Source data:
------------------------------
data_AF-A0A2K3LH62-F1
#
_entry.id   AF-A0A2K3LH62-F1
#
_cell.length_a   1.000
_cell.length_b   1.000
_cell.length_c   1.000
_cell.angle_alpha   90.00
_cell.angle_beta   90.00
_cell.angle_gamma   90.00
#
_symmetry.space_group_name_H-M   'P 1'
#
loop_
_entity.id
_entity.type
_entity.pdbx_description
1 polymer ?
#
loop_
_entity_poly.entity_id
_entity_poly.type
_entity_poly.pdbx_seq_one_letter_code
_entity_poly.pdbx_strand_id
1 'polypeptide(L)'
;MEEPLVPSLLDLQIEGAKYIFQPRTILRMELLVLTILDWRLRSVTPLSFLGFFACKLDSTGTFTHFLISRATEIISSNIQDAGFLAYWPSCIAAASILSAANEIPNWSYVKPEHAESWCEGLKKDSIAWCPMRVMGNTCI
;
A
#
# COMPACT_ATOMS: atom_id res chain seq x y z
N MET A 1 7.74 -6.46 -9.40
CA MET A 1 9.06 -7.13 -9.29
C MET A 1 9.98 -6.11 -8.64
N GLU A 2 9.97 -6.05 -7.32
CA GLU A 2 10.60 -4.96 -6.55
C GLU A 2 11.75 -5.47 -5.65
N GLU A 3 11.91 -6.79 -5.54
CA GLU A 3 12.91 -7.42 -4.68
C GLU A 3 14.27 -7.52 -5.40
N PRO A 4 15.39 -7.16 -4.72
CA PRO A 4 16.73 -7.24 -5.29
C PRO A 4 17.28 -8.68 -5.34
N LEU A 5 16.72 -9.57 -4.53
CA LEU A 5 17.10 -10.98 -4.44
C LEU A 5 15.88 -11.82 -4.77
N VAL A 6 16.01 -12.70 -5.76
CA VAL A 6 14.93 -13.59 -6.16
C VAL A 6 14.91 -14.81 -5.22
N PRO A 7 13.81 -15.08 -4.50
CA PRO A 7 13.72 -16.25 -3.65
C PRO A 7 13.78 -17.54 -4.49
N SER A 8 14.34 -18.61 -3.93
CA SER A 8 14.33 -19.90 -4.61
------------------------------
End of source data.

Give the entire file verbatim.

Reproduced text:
data_AF-A0A2K3LH62-F1
#
_entry.id   AF-A0A2K3LH62-F1
#
_cell.length_a   1.000
_cell.length_b   1.000
_cell.length_c   1.000
_cell.angle_alpha   90.00
_cell.angle_beta   90.00
_cell.angle_gamma   90.00
#
_symmetry.space_group_name_H-M   'P 1'
#
loop_
_entity.id
_entity.type
_entity.pdbx_description
1 polymer ?
#
loop_
_entity_poly.entity_id
_entity_poly.type
_entity_poly.pdbx_seq_one_letter_code
_entity_poly.pdbx_strand_id
1 'polypeptide(L)'
;MEEPLVPSLLDLQIEGAKYIFQPRTILRMELLVLTILDWRLRSVTPLSFLGFFACKLDSTGTFTHFLISRATEIISSNIQDAGFLAYWPSCIAAASILSAANEIPNWSYVKPEHAESWCEGLKKDSIAWCPMRVMGNTCI
;
A
#
# COMPACT_ATOMS: atom_id res chain seq x y z
N MET A 1 7.74 -6.46 -9.40
CA MET A 1 9.06 -7.13 -9.29
C MET A 1 9.98 -6.11 -8.64
N GLU A 2 9.97 -6.05 -7.32
CA GLU A 2 10.60 -4.96 -6.55
C GLU A 2 11.75 -5.47 -5.65
N GLU A 3 11.91 -6.79 -5.54
CA GLU A 3 12.91 -7.42 -4.68
C GLU A 3 14.27 -7.52 -5.40
N PRO A 4 15.39 -7.16 -4.72
CA PRO A 4 16.73 -7.24 -5.29
C PRO A 4 17.28 -8.68 -5.34
N LEU A 5 16.72 -9.57 -4.53
CA LEU A 5 17.10 -10.98 -4.44
C LEU A 5 15.88 -11.82 -4.77
N VAL A 6 16.01 -12.70 -5.76
CA VAL A 6 14.93 -13.59 -6.16
C VAL A 6 14.91 -14.81 -5.22
N PRO A 7 13.81 -15.08 -4.50
CA PRO A 7 13.72 -16.25 -3.65
C PRO A 7 13.78 -17.54 -4.49
N SER A 8 14.34 -18.61 -3.93
CA SER A 8 14.33 -19.90 -4.61